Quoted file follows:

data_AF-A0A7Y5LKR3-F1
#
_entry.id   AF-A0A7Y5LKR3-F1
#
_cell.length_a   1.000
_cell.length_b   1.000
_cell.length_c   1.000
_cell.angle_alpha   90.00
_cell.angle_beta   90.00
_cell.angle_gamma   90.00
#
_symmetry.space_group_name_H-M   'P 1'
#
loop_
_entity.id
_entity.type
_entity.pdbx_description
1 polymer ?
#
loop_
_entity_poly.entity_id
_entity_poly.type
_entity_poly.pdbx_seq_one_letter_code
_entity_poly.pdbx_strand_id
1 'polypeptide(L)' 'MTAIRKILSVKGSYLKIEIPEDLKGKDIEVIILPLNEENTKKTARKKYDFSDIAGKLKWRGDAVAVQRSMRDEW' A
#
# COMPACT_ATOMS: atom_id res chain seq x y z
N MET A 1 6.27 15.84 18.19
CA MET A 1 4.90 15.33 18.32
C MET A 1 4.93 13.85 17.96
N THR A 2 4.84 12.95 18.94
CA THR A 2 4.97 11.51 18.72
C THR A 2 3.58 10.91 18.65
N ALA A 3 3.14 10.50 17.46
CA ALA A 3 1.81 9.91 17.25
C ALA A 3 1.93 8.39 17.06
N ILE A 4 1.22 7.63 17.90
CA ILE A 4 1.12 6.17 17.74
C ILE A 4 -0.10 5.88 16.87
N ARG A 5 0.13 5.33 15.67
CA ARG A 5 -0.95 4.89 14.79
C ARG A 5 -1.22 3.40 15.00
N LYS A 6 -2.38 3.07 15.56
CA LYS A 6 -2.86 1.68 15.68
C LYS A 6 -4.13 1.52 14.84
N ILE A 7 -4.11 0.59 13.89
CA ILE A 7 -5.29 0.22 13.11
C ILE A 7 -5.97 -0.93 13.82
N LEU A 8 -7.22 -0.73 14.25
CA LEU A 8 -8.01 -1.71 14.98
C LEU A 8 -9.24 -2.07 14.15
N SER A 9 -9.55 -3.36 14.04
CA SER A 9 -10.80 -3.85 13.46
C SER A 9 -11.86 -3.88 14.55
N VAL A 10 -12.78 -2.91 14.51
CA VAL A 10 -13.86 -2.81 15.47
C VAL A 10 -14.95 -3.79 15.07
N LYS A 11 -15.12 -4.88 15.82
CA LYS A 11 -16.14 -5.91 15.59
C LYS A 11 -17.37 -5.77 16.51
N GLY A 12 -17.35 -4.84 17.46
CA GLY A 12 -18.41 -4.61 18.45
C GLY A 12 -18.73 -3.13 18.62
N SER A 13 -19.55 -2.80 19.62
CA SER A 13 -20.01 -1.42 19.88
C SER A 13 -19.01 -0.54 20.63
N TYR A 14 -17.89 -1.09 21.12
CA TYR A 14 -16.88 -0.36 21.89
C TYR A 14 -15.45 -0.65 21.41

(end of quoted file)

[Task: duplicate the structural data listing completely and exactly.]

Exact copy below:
data_AF-A0A7Y5LKR3-F1
#
_entry.id   AF-A0A7Y5LKR3-F1
#
_cell.length_a   1.000
_cell.length_b   1.000
_cell.length_c   1.000
_cell.angle_alpha   90.00
_cell.angle_beta   90.00
_cell.angle_gamma   90.00
#
_symmetry.space_group_name_H-M   'P 1'
#
loop_
_entity.id
_entity.type
_entity.pdbx_description
1 polymer ?
#
loop_
_entity_poly.entity_id
_entity_poly.type
_entity_poly.pdbx_seq_one_letter_code
_entity_poly.pdbx_strand_id
1 'polypeptide(L)' 'MTAIRKILSVKGSYLKIEIPEDLKGKDIEVIILPLNEENTKKTARKKYDFSDIAGKLKWRGDAVAVQRSMRDEW' A
#
# COMPACT_ATOMS: atom_id res chain seq x y z
N MET A 1 6.27 15.84 18.19
CA MET A 1 4.90 15.33 18.32
C MET A 1 4.93 13.85 17.96
N THR A 2 4.84 12.95 18.94
CA THR A 2 4.97 11.51 18.72
C THR A 2 3.58 10.91 18.65
N ALA A 3 3.14 10.50 17.46
CA ALA A 3 1.81 9.91 17.25
C ALA A 3 1.93 8.39 17.06
N ILE A 4 1.22 7.63 17.90
CA ILE A 4 1.12 6.17 17.74
C ILE A 4 -0.10 5.88 16.87
N ARG A 5 0.13 5.33 15.67
CA ARG A 5 -0.95 4.89 14.79
C ARG A 5 -1.22 3.40 15.00
N LYS A 6 -2.38 3.07 15.56
CA LYS A 6 -2.86 1.68 15.68
C LYS A 6 -4.13 1.52 14.84
N ILE A 7 -4.11 0.59 13.89
CA ILE A 7 -5.29 0.22 13.11
C ILE A 7 -5.97 -0.93 13.82
N LEU A 8 -7.22 -0.73 14.25
CA LEU A 8 -8.01 -1.71 14.98
C LEU A 8 -9.24 -2.07 14.15
N SER A 9 -9.55 -3.36 14.04
CA SER A 9 -10.80 -3.85 13.46
C SER A 9 -11.86 -3.88 14.55
N VAL A 10 -12.78 -2.91 14.51
CA VAL A 10 -13.86 -2.81 15.47
C VAL A 10 -14.95 -3.79 15.07
N LYS A 11 -15.12 -4.88 15.82
CA LYS A 11 -16.14 -5.91 15.59
C LYS A 11 -17.37 -5.77 16.51
N GLY A 12 -17.35 -4.84 17.46
CA GLY A 12 -18.41 -4.61 18.45
C GLY A 12 -18.73 -3.13 18.62
N SER A 13 -19.55 -2.80 19.62
CA SER A 13 -20.01 -1.42 19.88
C SER A 13 -19.01 -0.54 20.63
N TYR A 14 -17.89 -1.09 21.12
CA TYR A 14 -16.88 -0.36 21.89
C TYR A 14 -15.45 -0.65 21.41